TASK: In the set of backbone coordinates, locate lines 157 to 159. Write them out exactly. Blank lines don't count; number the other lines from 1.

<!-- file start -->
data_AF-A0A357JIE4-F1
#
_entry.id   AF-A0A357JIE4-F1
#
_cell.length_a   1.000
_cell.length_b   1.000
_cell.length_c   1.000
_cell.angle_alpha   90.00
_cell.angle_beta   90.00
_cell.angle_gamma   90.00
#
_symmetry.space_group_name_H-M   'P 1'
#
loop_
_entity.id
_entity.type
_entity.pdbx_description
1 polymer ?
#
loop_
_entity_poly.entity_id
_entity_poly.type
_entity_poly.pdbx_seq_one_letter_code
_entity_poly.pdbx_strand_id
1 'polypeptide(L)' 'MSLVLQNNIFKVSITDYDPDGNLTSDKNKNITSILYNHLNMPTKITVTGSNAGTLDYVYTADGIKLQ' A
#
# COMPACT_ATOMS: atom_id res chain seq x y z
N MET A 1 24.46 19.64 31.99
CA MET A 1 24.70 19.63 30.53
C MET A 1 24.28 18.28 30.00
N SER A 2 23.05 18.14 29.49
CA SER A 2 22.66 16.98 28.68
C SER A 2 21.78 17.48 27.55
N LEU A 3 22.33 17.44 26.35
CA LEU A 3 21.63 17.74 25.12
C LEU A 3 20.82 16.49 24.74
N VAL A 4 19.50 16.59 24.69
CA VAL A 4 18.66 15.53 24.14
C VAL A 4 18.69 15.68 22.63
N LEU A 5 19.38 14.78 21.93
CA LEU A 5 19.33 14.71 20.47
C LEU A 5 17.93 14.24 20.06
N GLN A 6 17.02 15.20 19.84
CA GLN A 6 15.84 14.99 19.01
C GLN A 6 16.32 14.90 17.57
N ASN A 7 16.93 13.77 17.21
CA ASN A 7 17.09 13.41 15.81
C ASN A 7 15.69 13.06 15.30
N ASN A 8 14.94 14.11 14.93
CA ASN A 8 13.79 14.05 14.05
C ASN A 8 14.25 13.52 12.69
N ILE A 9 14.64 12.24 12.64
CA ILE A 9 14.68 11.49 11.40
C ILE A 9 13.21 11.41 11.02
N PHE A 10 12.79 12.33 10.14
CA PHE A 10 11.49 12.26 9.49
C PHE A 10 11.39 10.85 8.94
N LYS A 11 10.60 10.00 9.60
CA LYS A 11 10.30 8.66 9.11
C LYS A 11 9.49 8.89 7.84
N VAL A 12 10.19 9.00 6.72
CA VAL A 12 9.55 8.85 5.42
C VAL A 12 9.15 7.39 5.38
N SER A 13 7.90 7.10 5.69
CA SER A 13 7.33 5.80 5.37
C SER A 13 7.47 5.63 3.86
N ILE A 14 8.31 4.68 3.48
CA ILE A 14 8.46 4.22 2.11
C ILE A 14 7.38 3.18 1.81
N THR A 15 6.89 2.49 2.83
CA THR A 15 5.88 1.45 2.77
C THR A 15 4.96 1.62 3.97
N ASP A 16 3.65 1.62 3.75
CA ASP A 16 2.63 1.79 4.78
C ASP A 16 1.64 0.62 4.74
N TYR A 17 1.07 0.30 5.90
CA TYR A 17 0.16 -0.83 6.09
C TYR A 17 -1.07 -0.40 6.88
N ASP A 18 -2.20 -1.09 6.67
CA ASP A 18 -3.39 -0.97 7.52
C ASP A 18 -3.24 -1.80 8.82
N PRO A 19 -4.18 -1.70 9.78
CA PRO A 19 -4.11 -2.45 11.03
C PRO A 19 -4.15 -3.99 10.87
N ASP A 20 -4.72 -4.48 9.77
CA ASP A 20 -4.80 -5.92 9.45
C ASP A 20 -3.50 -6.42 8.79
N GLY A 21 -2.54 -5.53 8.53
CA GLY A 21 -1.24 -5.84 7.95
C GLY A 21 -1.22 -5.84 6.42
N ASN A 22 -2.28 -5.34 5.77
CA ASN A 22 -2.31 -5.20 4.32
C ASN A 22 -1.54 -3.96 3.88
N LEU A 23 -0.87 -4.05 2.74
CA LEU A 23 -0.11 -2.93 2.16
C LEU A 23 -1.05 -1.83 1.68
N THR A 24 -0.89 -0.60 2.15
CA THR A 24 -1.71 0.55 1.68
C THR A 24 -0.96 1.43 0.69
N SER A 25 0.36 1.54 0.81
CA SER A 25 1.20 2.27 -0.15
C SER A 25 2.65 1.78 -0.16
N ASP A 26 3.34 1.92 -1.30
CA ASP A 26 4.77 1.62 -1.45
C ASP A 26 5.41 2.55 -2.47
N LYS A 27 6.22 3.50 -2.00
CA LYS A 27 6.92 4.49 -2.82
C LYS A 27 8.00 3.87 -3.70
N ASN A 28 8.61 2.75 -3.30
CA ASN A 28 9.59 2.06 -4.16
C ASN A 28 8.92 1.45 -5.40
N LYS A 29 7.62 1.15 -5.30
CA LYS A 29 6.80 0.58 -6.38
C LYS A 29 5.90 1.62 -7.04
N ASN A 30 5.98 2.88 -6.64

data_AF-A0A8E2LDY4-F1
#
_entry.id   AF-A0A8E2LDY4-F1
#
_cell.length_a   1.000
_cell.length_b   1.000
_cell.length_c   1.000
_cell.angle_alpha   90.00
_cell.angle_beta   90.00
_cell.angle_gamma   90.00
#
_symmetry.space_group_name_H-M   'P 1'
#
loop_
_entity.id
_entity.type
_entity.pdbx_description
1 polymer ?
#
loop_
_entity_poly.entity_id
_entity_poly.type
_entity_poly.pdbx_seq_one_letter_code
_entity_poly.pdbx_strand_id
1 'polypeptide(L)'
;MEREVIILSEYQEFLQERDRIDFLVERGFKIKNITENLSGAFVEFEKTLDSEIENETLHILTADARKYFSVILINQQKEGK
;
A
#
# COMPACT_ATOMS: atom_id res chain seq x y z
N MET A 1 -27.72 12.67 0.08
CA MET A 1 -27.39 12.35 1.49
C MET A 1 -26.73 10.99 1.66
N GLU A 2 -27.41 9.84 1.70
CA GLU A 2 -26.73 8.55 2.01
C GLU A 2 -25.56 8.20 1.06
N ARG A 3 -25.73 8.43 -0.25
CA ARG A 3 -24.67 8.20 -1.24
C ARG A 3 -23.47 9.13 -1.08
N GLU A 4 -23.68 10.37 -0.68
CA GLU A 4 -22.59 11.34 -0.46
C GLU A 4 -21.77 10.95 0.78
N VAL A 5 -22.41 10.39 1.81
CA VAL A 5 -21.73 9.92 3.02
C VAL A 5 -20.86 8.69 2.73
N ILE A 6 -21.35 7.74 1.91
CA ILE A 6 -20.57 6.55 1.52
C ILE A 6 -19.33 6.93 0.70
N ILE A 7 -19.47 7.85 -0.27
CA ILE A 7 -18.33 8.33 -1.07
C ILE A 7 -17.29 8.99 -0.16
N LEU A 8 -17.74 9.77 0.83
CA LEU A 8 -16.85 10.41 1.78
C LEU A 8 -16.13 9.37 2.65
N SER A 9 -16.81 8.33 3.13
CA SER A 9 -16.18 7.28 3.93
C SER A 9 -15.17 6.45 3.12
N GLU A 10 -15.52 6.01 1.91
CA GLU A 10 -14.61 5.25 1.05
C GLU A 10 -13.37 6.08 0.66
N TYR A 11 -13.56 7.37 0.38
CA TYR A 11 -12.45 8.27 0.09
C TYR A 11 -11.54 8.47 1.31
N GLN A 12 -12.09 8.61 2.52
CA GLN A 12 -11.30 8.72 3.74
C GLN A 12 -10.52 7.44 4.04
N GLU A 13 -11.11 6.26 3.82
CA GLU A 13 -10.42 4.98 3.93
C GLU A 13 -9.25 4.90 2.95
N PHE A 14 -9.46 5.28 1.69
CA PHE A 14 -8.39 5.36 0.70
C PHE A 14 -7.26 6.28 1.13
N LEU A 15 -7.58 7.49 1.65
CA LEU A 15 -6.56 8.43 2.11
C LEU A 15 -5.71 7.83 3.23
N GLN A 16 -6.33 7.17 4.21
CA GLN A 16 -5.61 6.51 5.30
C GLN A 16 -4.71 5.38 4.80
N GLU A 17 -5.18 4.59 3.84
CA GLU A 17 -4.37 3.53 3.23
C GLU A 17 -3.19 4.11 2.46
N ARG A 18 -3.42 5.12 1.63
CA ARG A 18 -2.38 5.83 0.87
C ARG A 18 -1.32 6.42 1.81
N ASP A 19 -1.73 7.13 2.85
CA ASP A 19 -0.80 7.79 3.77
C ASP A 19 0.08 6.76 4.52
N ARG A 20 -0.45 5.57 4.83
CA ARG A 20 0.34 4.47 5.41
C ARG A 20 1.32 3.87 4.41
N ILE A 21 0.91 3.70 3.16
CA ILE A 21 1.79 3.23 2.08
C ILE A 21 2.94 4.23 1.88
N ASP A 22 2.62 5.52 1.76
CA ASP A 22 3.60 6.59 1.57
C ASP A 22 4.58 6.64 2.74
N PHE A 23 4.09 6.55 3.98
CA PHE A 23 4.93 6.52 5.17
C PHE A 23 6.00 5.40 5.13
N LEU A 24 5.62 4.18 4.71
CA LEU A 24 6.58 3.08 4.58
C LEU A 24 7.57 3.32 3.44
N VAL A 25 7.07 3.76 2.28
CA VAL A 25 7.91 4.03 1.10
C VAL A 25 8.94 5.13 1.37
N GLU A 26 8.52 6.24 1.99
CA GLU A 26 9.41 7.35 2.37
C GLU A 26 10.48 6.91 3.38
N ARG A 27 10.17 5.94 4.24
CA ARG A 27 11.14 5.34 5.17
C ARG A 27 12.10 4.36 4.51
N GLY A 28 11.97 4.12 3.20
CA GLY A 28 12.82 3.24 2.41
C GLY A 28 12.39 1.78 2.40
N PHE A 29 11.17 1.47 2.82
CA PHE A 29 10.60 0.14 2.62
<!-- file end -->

C GLU A 4 -21.77 10.95 0.78
N VAL A 5 -22.41 10.39 1.81
CA VAL A 5 -21.73 9.92 3.02